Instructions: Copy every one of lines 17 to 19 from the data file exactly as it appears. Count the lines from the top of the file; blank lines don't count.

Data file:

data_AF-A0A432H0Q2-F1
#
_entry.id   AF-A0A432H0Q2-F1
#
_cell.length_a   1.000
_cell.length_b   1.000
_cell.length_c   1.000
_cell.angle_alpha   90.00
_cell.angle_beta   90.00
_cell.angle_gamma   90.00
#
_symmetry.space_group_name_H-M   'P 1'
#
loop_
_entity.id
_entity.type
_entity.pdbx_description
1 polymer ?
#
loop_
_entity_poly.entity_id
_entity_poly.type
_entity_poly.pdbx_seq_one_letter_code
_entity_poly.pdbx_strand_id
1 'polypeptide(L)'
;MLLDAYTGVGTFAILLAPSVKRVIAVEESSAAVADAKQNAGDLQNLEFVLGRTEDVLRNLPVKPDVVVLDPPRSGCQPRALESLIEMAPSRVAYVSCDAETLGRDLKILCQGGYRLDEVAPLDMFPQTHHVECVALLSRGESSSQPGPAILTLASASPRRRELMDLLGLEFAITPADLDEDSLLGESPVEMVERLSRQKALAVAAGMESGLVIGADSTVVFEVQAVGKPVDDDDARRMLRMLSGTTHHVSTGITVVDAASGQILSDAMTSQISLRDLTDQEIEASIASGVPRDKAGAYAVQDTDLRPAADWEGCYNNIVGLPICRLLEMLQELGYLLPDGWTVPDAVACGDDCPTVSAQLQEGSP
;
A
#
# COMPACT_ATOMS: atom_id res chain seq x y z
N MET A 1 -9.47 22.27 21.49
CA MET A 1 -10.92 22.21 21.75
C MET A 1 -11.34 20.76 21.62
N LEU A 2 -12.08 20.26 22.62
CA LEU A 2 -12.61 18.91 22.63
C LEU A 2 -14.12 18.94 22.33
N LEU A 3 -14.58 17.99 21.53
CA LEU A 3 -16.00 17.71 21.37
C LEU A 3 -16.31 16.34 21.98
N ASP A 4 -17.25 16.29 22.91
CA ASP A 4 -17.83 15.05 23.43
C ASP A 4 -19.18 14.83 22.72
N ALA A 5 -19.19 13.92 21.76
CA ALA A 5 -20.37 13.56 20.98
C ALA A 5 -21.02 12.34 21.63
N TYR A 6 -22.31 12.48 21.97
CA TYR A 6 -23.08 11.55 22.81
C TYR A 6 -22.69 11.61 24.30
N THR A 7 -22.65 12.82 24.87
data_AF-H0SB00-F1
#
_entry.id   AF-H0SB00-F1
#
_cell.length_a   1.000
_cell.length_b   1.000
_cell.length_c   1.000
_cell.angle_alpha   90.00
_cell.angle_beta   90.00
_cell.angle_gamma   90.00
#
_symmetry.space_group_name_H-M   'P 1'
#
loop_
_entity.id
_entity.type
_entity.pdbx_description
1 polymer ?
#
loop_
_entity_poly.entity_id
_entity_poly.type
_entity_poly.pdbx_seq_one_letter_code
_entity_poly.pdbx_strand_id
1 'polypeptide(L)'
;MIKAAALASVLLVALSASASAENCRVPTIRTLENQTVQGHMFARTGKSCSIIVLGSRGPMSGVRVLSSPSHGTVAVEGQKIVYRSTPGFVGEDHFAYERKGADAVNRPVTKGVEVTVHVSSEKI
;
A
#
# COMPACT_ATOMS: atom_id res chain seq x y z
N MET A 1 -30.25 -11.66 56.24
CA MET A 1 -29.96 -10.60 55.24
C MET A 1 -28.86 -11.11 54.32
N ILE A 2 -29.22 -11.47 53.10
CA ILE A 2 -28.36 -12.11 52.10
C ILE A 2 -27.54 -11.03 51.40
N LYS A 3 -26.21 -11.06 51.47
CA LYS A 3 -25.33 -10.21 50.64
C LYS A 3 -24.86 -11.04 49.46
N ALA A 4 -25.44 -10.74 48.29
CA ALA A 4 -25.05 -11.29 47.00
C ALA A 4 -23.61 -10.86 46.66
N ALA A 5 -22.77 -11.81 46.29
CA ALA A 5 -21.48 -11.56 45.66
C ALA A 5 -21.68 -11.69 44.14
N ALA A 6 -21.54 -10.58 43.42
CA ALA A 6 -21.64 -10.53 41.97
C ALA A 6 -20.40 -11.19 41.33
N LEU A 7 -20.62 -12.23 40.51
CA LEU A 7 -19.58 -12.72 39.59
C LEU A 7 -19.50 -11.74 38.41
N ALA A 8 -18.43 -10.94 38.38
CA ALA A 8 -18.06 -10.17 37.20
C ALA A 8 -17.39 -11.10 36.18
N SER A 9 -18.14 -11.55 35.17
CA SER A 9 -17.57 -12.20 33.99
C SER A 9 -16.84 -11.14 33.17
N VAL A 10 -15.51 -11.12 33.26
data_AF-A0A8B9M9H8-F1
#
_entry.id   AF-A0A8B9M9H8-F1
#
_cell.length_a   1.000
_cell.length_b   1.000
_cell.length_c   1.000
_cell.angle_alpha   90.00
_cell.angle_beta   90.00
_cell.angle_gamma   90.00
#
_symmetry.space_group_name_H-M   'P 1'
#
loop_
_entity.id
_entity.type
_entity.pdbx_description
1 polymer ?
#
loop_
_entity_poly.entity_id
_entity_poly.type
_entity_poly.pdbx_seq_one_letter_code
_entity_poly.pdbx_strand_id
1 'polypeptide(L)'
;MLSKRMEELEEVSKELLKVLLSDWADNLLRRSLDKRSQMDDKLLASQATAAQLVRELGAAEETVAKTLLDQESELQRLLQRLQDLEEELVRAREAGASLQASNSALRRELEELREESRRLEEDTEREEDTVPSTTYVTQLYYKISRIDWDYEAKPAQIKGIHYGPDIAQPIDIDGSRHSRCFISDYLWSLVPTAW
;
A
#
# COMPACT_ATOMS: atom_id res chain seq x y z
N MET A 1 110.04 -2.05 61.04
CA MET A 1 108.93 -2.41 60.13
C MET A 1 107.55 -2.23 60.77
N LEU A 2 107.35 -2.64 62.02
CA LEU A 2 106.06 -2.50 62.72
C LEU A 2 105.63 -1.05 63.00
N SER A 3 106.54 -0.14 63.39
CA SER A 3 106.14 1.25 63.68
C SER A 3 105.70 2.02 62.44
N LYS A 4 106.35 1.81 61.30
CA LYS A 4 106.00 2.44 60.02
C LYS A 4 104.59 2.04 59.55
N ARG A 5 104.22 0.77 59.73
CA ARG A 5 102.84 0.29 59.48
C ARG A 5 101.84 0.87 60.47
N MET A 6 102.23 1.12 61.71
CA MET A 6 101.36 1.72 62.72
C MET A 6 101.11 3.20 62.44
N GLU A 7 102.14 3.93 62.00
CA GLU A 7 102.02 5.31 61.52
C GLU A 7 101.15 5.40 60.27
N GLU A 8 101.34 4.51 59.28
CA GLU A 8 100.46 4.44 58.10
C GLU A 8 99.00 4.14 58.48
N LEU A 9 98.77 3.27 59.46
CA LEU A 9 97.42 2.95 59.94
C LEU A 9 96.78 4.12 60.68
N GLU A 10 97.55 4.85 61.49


_entity.pdbx_description
1 polymer ?
#